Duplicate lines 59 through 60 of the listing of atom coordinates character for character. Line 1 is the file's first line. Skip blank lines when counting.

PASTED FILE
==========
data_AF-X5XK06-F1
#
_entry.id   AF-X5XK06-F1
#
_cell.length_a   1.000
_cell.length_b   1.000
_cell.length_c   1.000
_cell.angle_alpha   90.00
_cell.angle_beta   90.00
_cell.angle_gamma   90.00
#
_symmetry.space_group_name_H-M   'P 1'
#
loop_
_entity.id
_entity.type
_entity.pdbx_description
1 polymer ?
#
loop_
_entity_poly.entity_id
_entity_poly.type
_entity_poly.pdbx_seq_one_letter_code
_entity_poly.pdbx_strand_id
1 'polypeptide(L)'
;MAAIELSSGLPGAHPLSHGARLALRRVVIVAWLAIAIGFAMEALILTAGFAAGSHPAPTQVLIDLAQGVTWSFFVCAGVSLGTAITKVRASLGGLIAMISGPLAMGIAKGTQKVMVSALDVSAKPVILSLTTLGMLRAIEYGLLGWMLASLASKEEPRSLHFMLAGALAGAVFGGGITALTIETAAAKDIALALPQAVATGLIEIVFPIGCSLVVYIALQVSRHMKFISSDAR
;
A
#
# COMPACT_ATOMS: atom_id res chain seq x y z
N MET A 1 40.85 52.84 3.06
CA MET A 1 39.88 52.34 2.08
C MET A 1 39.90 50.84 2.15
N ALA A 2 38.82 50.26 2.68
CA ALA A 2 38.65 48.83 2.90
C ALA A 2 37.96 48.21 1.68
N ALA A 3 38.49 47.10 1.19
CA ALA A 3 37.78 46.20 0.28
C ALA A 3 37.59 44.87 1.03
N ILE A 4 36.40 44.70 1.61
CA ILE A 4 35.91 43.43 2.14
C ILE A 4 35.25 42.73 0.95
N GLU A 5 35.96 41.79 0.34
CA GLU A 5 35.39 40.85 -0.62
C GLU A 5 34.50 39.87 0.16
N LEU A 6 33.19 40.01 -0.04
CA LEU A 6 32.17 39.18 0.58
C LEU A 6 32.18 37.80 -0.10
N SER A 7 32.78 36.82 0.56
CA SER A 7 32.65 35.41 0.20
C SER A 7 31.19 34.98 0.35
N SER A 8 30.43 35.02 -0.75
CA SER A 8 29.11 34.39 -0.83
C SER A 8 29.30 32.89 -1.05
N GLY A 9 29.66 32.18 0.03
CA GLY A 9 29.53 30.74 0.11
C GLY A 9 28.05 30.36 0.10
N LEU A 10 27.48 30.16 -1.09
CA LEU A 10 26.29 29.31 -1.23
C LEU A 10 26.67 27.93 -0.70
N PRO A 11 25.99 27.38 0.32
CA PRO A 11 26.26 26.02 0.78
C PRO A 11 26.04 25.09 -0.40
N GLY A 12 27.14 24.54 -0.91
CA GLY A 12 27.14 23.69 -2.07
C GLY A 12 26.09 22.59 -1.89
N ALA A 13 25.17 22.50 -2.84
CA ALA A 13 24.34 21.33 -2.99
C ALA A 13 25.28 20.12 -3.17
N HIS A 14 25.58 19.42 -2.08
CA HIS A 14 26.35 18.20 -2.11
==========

CA LEU A 10 26.29 29.31 -1.23
C LEU A 10 26.67 27.93 -0.70